From Steel Town to Motown
By Dan Wetzel, Yahoo Sports
February 5, 2006
They came in such numbers to cover Ford Field in black and gold and create a home-away-from-home environment for their Pittsburgh Steelers to reclaim glory and reassert tradition that you'd have thought three rivers were flowing outside, not just one.
This wasn't just a football game for the Steelers. This wasn't just a Super Bowl.
This was some pilgrimage to yesterday, when Steel Town was still Steel Town, when union jobs in the mills still meant something solid and when titles came in bundles, including four by the beloved football team.
It hasn't always been easy since then, with a changing economy, a changing America and a changing sports landscape that has left all but the Steelers even capable of competing for it all.
They flocked to the Motor City like no other fan base ever has descended on a Super Bowl. A city couldn't want this more.
They came to wave a towel at a native son coach who finally won the big one; an adopted son called the Bus, who always ran the ball like they wish they could; a salt-of-the-earth owner they all seem to know; and a team of unselfish, unsung heroes who still played with a blue-collar passion.
Steelers fans came to watch something from Pittsburgh become world champions again.
"It is a special chance for this group to take the very rich tradition we've had in Pittsburgh and to say we've had a little piece of it," said Steelers head coach Bill Cowher, the Pittsburgh native.
It wasn't easy for the Steelers, but when has it ever been? They got into the playoffs by the skin of their teeth, shaking off injuries and a midseason slide to wind up the last seed in the AFC. Pittsburgh then went out and beat the conference's No. 3, No. 1 and No. 2 seeds, all on the road, to get to Super Bowl XL and defeat the NFC champion Seattle Seahawks 21-10 for its unlikely eighth consecutive win and fifth Super Bowl victory.
In true Steelers fashion, this wasn't some glamourous victory, either, even if the back-breaking score came courtesy of a gimmick play – receiver Antwaan Randle El heaving a 43-yard touchdown strike to Hines Ward on a reverse. Even that was the byproduct of hard work, determination and team values.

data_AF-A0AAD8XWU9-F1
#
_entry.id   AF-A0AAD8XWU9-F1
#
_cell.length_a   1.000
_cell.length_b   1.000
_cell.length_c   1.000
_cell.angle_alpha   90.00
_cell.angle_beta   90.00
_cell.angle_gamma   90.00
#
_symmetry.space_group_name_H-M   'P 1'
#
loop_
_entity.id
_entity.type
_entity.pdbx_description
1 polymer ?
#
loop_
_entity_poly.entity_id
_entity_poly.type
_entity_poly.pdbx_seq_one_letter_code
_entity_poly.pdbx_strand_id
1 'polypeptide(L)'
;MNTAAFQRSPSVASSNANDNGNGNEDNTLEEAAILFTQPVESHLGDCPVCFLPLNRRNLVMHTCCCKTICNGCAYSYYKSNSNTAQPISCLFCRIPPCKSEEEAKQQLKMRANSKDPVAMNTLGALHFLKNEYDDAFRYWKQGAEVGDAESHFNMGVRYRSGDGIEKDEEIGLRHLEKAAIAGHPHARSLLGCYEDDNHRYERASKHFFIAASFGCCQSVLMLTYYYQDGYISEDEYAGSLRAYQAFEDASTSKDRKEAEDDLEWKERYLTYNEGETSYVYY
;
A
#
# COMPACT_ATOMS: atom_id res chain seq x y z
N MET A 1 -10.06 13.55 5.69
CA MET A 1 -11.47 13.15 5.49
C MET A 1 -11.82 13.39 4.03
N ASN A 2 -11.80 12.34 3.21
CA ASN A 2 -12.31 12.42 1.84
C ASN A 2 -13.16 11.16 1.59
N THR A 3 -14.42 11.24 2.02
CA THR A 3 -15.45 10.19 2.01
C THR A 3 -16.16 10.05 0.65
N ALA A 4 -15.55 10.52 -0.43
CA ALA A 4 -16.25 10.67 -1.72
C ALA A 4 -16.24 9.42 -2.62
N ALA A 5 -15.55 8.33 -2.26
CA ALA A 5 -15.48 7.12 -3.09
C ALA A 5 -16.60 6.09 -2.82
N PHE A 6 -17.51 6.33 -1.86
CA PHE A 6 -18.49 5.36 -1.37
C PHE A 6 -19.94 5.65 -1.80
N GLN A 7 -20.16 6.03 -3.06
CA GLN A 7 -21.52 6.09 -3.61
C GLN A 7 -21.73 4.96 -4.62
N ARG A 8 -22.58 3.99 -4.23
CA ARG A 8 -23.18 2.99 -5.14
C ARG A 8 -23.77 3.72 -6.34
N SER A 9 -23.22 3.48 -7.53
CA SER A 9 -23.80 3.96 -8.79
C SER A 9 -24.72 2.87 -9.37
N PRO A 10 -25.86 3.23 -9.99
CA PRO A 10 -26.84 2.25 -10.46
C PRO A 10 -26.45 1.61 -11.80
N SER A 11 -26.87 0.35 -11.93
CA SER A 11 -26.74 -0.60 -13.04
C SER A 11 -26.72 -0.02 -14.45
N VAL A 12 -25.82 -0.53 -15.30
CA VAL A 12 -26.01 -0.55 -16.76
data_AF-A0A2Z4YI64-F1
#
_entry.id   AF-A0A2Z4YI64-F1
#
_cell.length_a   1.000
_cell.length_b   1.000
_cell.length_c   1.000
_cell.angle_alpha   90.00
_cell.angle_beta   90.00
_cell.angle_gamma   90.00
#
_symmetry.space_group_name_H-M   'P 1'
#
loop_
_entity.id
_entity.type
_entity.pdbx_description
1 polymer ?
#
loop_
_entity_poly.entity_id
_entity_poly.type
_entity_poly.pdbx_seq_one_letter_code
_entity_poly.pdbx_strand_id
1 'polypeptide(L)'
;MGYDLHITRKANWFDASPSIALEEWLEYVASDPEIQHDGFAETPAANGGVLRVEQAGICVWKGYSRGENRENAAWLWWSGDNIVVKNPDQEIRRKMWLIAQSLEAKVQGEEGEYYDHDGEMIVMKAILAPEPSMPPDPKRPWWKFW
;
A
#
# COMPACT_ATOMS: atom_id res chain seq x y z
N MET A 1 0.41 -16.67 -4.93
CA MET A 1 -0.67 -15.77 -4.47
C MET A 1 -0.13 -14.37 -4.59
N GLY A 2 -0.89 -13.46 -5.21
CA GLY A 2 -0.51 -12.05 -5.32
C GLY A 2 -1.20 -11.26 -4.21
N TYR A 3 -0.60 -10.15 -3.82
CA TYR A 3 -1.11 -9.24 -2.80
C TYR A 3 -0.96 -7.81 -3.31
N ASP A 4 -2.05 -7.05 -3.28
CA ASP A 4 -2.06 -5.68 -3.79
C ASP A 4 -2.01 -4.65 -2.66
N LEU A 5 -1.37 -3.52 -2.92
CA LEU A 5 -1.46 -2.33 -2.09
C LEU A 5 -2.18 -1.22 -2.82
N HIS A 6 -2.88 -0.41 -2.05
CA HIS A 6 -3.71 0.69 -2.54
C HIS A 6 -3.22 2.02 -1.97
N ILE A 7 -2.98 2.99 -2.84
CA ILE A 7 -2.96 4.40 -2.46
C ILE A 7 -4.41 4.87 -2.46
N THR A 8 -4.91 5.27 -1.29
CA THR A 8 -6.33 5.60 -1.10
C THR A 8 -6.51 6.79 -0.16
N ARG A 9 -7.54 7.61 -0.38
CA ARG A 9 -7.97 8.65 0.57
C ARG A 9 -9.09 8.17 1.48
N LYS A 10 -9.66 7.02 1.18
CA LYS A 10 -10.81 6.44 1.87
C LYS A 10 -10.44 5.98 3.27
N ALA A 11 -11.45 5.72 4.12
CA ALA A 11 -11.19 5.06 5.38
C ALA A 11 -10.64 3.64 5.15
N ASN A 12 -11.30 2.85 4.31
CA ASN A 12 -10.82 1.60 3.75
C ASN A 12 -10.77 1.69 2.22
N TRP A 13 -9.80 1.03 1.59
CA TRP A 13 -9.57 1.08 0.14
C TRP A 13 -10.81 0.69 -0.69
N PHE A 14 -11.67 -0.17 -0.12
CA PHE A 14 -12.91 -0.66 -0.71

The pass was thrown by Randle El, the college quarterback who accepted his role as a receiver even though he still dreams of passing. And the catch was made by Ward, never the biggest or fastest receiver, who wound up as the game's Most Valuable Player because he never stopped believing he could.
But that's the way Pittsburgh does it.
The Steelers won this by winning in the trenches, with a defensive front pushing through the Seahawks' vaunted offensive line. Also, Pittsburgh's secondary bent but never broke, even as momentum pushed to Seattle's side.
"[The defense] picked us up," quarterback Ben Roethlisberger said.
This Steelers team never gave up, never pointed fingers and never lost faith when the Seahawks threatened in the third quarter because it never had all season. Willie Parker made the big runs (including a 75-yard touchdown) that Jerome Bettis, the heart and soul of this team for a decade, no longer could.
"I did it for everything he did for me through the years," said Parker of Bettis, who announced his retirement during the postgame celebration.
This was what you heard over and over after the game. Not a lot of "I am excited for me." Just a lot of "I'm thrilled for him."
"I am happy for Mr. Rooney," said Cowher of his owner, Dan Rooney.
"I feel this was their day and their time," said Rooney, deflecting it back to his coaches and players.
"We wanted to help Ben," said Troy Polamalu of Roethlisberger, whose second interception brought Seattle back into the game.
"Our goal was to take Jerome home," defensive tackle Casey Hampton said.
"Pittsburgh is special to me, and I hope I mean a lot to them," Bettis said. "Hopefully, I mean a lot to them."
That, of course, goes without saying. This is a team that will go down in the rich lore of the Steelers, one that finally links the franchise's recent success with the resurgence of a new Pittsburgh itself. It will connect a city and its bright future to the glory days of the '70s and the memories of what once made the city great.
"Very special," Cowher said. "Just for the whole organization, for the city of Pittsburgh."
And that, really, is why they came in droves and were dressed in black and gold. They came ready to cheer and wave and eventually dance into the cold Midwestern night and party until the sun comes up.
The glory days of the past and the glory days of tomorrow all were represented in a single football team. They wore old and new jerseys and they waved faded and fresh towels for the memories of their fathers and the dreams of their kids.
It is how this could matter so much, to so many.
"We just brought a championship back home," grinned Bettis. "One for the thumb."
One for forever.
Dan Wetzel is Yahoo! Sports' national columnist. He is the co-author of the book "Death to the BCS: The Definitive Case Against the Bowl Championship Series," which following five printings of the first edition was re-released in a second, updated edition in October. Follow him on Twitter. Send Dan a question or comment for potential use in a future column or webcast.
Updated on Monday, Feb 6, 2006 2:17 am, EST